Grief happens when facing the results of ageing. This is not news to anyone over 40 who finds out they will soon need to buy their first pair of reading glasses. Or when you have to visit your dentist and hear him refer you to a peridontist (gum doctor). Or, you notice that more than the problem of gums and hairlines receding, your waistline and midriff are preceding.
I suppose I can make light of all of the above because I’ve gone through these dilemmas and find myself still here.
Lately I’ve seen some people who are dear to me grappling with osteoarthritis – another experience I’ve endured.
Human beings are blessed in one sense to have long life, but cursed in another way that the body-machine suffers inevitable wear-and-tear over the years. Knees, those extremely flexible and Herculean joints, are especially prone to degeneration. Hips, the miraculous fulcrum of our body, are also susceptible. And, of course, all of the spine from Atlas to Sacrum, erodes from much bending, flexing and rotating.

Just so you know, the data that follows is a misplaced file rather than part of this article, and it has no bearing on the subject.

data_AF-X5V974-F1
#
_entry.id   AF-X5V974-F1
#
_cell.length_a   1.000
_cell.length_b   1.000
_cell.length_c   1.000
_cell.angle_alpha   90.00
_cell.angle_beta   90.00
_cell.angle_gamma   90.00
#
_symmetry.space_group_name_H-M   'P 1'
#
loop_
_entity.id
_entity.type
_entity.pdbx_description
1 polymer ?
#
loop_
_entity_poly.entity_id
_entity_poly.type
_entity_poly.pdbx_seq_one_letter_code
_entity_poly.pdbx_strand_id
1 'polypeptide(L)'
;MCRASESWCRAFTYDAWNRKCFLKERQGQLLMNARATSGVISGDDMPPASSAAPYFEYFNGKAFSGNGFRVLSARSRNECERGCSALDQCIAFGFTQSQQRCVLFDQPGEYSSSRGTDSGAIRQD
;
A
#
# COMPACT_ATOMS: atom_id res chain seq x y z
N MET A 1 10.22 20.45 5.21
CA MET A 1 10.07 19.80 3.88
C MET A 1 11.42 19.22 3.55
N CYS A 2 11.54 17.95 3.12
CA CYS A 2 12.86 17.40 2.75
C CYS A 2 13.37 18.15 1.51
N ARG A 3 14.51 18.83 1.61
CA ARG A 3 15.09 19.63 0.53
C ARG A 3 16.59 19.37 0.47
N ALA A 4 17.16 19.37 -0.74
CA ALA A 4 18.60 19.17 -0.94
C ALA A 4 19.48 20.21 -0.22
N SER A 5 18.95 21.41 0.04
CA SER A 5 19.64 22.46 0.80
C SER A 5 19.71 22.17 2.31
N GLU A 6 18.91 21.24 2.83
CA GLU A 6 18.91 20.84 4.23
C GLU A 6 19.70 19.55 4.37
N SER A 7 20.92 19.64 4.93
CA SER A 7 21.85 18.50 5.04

There’s a point when we’re growing older that we end up we facing unpleasant facts because we must. Skirting them becomes too uncomfortable, painful even. It’s time to get those X-rays done and the appointment made with the orthopaedic surgeon.
The process one goes through when dealing with any part of the body wearing out is reminiscent of Kubler-Ross’s “Five Stages of Loss: Denial, Bargaining, Anger, Despair and Acceptance”.
I can remember my first visit to an orthopaedic surgeon who told me that I needed hip replacement surgery. Part of my bargaining process was to set up two more visits to surgeons just see if I could get a more positive diagnosis.
It was a relief when I finally got to the acceptance stage but that took years of grappling with my emotions and the disease.
Having a yoga as a life-time companion makes all the difference because there are all the tools at hand to meet and deal with each of the stages. There are physical routines to relieve pain, breathing to create energy, meditation to foster equilibrium, and relaxation to cultivate openness and embrace the inevitable.

Freedom